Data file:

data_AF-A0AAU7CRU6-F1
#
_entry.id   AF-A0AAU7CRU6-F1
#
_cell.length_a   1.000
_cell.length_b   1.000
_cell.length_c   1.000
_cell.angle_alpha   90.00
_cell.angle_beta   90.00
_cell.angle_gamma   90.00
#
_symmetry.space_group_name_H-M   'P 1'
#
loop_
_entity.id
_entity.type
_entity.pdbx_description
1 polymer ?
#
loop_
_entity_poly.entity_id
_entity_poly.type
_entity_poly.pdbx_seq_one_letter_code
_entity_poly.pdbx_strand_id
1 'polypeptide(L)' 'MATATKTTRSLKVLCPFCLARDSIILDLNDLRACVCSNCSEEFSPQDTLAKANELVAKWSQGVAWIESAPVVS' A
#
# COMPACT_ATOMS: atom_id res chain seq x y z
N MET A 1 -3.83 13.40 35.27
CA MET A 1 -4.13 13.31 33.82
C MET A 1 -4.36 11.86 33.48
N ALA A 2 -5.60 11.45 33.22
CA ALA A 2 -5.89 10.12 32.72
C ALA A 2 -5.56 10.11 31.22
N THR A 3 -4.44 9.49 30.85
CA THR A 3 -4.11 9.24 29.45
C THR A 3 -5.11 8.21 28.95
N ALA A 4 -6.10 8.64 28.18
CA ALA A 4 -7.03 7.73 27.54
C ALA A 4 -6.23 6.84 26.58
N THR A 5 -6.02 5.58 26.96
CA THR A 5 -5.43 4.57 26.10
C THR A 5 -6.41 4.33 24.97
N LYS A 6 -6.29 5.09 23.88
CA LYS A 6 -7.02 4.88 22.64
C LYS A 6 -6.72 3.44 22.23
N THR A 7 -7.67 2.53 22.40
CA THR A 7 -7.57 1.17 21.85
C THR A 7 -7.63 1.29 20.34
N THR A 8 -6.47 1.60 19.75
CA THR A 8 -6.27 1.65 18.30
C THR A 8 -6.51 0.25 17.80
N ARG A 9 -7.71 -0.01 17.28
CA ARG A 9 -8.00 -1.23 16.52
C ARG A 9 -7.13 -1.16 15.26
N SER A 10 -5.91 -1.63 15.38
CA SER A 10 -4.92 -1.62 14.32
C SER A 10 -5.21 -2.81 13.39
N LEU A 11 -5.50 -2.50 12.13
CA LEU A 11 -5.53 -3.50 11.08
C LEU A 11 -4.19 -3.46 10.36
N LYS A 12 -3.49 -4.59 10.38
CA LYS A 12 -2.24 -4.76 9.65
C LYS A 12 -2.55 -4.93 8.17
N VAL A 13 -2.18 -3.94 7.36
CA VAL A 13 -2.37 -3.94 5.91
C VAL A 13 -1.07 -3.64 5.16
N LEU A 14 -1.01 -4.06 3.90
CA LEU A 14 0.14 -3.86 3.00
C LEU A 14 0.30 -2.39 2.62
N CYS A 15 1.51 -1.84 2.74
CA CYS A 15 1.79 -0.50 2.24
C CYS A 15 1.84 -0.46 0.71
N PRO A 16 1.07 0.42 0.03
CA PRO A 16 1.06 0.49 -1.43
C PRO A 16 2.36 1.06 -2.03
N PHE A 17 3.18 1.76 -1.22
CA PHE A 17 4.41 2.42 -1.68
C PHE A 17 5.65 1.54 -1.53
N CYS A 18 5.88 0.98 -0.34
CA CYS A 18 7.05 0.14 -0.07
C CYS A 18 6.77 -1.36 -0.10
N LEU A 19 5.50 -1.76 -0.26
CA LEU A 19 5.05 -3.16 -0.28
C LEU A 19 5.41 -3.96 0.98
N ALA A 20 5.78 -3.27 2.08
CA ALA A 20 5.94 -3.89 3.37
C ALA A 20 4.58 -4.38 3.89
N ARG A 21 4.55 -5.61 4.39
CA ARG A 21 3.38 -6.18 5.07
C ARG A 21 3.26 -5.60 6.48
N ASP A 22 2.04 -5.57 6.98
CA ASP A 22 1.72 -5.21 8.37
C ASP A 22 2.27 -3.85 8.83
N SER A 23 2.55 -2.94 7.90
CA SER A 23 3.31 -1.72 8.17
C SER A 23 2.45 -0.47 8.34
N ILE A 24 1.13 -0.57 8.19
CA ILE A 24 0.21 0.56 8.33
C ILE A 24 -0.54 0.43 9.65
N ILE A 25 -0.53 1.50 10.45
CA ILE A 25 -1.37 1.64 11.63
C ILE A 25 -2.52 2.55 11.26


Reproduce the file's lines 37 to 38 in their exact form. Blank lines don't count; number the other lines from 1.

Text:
N ALA A 4 -6.10 8.64 28.18
CA ALA A 4 -7.03 7.73 27.54